Whether you’re beginning a new job, considering a new work path or returning to the office, a welcome sense of normalcy after diagnosis and treatment can surface as you move forward. Balancing work while still in treatment is also something you may need to think about.
A breast cancer diagnosis can be a catalyst for change. You may face many decisions such as whether to return to your current job, try something new or re-enter the workforce if you weren’t working at the time you were diagnosed. Perhaps you’re balancing treatment while working and are transitioning back to a post-treatment schedule. Whatever the scenario, being informed can help you face career challenges with confidence.
Once you’re cleared to return to work, you may need to speak with your co-workers and/or manager about your medical situation. Remember, you’re in charge of how much or how little they learn.
If you’re working while going through treatment, it can be helpful to set your own hours. A shorter schedule or changing your hours to when you have more energy may help you be more productive. Consider how and when you use sick leave to find a balance that works for you. Be sure to familiarize yourself with workplace policies to successfully navigate work and treatment.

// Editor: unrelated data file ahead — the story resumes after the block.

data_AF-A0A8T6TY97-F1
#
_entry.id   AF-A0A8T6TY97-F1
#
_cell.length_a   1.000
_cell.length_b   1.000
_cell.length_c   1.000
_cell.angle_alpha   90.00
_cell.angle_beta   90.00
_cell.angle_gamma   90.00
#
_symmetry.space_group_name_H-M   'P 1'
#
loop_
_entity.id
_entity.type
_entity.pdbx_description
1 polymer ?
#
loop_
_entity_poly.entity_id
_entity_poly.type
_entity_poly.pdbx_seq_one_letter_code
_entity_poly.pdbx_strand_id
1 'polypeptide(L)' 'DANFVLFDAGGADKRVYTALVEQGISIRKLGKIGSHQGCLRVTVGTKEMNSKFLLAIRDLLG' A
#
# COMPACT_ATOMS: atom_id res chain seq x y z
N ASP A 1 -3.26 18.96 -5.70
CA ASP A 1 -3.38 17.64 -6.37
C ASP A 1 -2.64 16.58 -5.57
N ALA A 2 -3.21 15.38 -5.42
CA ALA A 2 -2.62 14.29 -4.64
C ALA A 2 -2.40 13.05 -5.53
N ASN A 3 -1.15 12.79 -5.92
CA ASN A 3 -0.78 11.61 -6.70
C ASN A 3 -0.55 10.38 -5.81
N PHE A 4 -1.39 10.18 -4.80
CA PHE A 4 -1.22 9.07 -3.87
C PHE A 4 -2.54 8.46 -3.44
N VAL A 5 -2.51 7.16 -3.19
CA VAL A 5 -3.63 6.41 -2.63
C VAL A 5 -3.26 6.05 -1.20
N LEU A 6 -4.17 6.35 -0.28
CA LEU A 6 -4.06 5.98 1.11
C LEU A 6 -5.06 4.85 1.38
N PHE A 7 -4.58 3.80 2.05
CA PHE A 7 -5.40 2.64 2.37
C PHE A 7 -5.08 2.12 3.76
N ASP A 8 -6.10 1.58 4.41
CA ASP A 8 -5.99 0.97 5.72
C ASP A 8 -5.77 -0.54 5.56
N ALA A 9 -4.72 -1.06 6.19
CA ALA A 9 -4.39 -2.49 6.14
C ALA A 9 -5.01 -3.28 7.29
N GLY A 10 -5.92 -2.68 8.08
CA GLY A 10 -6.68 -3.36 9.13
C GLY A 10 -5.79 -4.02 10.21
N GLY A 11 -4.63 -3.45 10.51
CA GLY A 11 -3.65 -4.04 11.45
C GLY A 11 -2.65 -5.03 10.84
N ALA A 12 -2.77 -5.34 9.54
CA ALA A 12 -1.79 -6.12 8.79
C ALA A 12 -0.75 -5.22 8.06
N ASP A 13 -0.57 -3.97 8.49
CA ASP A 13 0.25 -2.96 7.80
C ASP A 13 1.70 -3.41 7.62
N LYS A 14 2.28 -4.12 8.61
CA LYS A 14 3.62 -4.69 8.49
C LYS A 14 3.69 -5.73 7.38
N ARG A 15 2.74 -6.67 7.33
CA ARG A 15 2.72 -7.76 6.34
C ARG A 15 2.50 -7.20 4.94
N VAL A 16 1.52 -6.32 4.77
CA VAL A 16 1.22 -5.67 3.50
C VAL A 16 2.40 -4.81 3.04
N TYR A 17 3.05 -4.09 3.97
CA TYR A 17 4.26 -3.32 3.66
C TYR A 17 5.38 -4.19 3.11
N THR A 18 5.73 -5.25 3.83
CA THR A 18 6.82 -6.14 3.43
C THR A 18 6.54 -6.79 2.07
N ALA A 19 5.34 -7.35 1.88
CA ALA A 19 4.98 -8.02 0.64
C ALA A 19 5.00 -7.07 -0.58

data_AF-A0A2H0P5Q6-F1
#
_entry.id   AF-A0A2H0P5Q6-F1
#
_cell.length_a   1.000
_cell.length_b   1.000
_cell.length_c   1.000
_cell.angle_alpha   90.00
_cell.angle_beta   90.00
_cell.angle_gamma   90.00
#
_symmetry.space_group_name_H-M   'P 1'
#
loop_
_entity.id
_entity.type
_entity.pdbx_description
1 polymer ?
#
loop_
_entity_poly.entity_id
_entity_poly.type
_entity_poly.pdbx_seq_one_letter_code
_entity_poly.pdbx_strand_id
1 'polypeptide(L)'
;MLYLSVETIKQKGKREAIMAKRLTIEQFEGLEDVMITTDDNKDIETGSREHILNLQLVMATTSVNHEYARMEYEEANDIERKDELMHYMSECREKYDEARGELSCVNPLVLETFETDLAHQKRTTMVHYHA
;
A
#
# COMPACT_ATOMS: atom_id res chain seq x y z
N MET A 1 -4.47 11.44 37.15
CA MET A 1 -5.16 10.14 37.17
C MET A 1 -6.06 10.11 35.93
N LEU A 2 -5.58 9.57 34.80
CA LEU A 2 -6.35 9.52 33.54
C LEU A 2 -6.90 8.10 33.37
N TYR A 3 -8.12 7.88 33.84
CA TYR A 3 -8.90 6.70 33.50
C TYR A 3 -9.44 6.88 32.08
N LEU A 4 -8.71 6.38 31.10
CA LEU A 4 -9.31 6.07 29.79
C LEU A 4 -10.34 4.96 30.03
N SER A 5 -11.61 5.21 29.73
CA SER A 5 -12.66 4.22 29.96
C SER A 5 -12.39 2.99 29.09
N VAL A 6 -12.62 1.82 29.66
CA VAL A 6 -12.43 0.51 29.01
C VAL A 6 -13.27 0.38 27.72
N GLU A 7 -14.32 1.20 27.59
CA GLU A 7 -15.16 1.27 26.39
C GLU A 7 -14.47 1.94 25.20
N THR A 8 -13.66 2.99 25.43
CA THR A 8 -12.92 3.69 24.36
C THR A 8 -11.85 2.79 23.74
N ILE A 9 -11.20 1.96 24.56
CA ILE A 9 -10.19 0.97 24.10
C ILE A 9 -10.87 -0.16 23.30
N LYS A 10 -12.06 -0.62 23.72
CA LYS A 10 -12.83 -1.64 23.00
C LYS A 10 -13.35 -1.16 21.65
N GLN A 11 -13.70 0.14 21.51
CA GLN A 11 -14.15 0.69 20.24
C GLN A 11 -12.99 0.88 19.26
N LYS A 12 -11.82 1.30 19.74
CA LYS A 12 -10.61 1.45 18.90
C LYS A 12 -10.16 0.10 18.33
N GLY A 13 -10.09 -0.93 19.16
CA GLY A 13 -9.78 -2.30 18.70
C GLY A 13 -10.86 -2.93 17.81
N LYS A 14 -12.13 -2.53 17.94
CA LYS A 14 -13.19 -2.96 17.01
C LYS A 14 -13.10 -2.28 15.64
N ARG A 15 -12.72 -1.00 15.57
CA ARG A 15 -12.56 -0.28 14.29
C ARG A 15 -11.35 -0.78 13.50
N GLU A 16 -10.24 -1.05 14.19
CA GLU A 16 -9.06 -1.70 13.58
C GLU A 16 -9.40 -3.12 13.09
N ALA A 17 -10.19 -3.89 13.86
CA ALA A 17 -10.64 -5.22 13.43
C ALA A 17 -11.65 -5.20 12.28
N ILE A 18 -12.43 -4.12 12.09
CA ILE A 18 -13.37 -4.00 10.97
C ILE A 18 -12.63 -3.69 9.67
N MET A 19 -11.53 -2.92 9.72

Resources that can help you get informed about your rights and protections:
The Americans with Disabilities Act (ADA) requires employers to provide adjustments or modifications to enable people with cancer to enjoy equal employment opportunities unless doing so would be an undue hardship.
Genetic Information Nondiscrimination Act of 2008 (GINA) is designed to prohibit the improper use of genetic information in health insurance and employment.
The Family and Medical Leave Act (FMLA) requires that covered employers grant an eligible employee up to a total of 12 work weeks of unpaid leave during any 12-month period to take medical leave when the employee is unable to work because of a serious health condition. This leave can also be taken to care for a spouse, child or parent with a serious health condition.
The Cancer Legal Resource Center of the Disability Rights Legal Center offers more in-depth information about your rights under these acts.
Cancer and Careers offers free workshops on managing your job after a diagnosis as well as career coaching.
Cancer treatment is exhausting, and it takes time to heal. Co-workers and managers can best help if they know what you need. This could mean extending a deadline, changing a meeting time or working from home. Don’t be afraid to ask, and be open about what you need.
Work can be fulfilling and offer a way to ground you during and after a time when so much has felt out of your control. It’s okay to ask for help and take your time. Whatever you decide to do, whether it's returning to work or not, make the decision that’s right for you.
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